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OTTAWA — The Harper government is on the brink of making the Northwest Territories a province in all but name by ceding federal control over land, resources and water.
Much of the territorial government has arrived in Ottawa. Premier Bob McLeod, his cabinet, deputy ministers and aboriginal and business leaders begin two days of talks Wednesday with Prime Minister Stephen Harper and officials.
The people and government of the territory stand to benefit from hundreds of millions of dollars in new resource revenues under the agreement, which will see the territorial and not the federal government primarily responsible for approving resource developments.
Mining output in NWT is expected to almost double in this decade. And the move fits with the Conservative government’s determination to retreat from federal environmental oversight in most jurisdictions.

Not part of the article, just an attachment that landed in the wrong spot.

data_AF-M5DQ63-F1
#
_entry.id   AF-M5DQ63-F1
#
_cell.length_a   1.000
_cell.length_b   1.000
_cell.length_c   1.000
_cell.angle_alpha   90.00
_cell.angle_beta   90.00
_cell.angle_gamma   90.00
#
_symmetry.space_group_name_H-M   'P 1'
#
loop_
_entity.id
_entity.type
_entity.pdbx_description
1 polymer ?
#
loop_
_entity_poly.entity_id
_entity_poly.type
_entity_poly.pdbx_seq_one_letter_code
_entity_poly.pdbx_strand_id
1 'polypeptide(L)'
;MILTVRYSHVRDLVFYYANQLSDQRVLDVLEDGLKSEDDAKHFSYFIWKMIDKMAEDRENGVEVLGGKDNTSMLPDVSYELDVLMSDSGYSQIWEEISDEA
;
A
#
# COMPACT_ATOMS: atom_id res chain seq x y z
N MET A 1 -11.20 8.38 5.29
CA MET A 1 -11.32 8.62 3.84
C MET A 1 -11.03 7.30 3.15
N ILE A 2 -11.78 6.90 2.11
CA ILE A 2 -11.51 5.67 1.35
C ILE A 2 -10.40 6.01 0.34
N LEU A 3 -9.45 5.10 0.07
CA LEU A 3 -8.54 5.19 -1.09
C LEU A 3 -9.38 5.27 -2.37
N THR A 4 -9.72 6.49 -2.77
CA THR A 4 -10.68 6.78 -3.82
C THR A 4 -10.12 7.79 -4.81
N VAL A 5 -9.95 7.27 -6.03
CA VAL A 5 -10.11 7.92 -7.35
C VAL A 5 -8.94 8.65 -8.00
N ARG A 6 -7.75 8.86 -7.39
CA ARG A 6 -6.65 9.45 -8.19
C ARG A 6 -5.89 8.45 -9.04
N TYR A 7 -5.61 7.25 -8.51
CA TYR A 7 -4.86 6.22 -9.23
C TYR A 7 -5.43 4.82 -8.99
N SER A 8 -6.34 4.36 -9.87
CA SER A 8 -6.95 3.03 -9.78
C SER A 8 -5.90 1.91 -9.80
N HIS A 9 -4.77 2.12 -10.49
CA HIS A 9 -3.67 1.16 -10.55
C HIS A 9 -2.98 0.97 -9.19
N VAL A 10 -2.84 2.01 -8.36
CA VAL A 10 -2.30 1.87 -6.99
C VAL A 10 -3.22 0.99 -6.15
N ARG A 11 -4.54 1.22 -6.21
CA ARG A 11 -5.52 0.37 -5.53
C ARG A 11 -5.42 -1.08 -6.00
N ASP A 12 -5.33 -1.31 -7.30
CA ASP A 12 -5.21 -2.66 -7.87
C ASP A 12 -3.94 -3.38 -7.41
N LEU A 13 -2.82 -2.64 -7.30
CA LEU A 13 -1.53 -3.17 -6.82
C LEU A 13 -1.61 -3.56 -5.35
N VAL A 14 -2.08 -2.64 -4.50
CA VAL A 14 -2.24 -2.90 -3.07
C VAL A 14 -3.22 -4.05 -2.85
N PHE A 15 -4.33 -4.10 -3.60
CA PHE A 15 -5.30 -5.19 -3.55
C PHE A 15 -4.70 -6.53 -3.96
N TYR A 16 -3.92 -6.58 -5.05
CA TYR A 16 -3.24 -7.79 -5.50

The principal aim is to finalize devolution, as it’s called, of control over natural resources from Ottawa to Yellowknife. “It seems like everything is coming together,” Mr. McLeod said Tuesday in an interview. The territory is “on the verge of achieving devolution. … We are advancing on many fronts,” he said.
Asked for a time frame, he replied: “I would say we are about two weeks away. We just have a couple of items to work out.”
It couldn’t come at a better time for the people of the territory. The Conference Board of Canada released a report this week predicting that global demand will push mining output in NWT from $732-million in 2011 to $1.3-billion in 2020. Four new mines are expected to open in 2015, and a fifth in 2017.
This will return mining activity in the territory to the level it enjoyed in 2007, before the recession and declining output created a slump.
“Mining is the future economic driver of Canada’s North,” the report concluded. The Northwest Territories will be doing much of the driving.
Jason MacDonald, spokesman for Aboriginal and Northern Affairs Minister John Duncan, confirmed that the government intends to reach a devolution agreement with NWT, though he would not commit to the timing of a final deal.
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